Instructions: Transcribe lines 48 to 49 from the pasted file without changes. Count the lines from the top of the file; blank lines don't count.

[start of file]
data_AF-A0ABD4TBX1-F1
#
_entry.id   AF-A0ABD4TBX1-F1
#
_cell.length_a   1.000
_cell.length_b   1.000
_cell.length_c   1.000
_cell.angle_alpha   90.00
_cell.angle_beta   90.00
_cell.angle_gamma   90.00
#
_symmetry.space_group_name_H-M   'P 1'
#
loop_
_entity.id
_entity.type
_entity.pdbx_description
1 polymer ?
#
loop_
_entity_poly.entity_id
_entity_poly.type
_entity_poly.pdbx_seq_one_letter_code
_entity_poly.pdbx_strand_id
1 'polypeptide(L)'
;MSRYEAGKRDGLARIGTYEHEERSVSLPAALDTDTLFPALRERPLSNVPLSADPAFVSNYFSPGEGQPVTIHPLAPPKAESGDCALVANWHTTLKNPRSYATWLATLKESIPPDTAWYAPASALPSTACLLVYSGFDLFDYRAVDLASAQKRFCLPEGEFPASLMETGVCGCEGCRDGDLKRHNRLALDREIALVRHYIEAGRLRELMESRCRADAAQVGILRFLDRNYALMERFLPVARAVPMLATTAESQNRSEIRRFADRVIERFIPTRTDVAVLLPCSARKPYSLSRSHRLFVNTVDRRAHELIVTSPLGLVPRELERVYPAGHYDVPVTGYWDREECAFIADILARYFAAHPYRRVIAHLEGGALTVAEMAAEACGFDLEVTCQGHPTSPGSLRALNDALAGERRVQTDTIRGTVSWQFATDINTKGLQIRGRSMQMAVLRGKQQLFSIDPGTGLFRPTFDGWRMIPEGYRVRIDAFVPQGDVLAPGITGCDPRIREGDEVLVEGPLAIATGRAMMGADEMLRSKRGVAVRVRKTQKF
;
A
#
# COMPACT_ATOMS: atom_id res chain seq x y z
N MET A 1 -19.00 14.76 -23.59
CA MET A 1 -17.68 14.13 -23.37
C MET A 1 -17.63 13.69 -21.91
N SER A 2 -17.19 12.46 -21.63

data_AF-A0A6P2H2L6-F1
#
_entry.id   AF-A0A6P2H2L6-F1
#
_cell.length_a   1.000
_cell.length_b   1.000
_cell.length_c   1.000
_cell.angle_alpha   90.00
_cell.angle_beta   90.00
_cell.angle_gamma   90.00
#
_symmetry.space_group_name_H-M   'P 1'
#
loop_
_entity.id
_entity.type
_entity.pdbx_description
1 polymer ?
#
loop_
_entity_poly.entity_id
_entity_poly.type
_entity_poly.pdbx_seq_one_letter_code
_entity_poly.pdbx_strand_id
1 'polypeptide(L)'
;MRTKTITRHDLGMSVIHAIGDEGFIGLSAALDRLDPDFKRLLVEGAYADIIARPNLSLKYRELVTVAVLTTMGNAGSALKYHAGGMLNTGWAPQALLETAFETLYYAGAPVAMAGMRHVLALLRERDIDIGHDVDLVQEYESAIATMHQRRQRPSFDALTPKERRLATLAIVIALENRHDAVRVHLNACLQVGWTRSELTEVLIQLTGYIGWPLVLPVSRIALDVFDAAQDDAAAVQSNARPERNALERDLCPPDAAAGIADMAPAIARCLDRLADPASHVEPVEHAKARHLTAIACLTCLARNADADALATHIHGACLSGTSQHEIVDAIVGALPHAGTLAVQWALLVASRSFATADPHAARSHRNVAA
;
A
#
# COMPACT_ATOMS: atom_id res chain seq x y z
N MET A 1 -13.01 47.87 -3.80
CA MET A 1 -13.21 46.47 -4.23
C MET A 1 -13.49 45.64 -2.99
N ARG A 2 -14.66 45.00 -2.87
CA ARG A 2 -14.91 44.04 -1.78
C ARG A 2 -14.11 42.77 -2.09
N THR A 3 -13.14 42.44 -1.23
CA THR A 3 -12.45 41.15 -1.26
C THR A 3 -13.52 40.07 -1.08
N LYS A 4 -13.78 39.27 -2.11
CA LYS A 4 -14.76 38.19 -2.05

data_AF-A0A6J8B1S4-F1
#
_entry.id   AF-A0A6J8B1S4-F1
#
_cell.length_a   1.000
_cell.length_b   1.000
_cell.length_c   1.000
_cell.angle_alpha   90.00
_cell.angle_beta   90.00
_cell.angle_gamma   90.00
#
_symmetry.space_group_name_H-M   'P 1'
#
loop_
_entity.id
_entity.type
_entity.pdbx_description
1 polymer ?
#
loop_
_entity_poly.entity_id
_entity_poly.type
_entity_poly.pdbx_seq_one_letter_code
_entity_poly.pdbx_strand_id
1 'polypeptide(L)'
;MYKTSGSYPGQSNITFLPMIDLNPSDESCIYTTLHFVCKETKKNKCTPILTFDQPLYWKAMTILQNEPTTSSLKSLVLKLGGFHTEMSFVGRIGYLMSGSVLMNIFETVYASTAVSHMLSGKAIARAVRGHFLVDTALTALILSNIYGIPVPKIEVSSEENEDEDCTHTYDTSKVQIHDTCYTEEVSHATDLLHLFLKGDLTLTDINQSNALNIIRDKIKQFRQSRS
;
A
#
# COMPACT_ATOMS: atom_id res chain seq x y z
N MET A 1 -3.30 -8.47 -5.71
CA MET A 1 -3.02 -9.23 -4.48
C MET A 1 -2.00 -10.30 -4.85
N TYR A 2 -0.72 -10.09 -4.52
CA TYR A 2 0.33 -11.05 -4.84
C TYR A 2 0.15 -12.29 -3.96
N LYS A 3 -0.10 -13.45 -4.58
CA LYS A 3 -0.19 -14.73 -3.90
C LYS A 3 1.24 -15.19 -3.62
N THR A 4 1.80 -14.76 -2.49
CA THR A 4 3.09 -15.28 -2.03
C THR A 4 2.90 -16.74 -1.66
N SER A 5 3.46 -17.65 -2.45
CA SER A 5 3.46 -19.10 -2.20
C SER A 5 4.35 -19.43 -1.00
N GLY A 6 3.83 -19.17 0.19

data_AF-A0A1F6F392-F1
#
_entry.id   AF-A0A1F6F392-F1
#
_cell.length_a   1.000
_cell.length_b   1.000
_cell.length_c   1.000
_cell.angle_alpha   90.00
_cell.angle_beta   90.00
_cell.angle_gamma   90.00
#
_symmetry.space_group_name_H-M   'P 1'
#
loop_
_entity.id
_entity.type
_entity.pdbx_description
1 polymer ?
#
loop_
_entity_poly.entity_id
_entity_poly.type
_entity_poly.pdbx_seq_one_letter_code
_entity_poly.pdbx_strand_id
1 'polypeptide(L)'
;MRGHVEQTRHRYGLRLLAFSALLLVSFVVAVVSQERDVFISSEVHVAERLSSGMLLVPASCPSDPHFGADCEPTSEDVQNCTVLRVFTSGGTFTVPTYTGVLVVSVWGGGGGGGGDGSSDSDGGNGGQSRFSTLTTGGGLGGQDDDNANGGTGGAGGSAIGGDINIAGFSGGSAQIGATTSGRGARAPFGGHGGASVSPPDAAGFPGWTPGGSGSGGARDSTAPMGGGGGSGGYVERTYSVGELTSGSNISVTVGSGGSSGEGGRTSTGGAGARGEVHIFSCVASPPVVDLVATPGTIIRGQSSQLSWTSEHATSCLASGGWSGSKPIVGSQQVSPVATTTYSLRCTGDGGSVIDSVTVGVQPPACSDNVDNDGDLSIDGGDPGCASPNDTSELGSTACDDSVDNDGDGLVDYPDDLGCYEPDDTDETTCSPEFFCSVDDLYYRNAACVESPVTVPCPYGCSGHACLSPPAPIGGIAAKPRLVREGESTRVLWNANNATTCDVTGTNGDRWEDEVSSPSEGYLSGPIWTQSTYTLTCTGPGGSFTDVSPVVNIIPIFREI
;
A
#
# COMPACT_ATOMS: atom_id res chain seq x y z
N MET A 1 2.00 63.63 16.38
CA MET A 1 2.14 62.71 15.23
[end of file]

loop_
_entity.id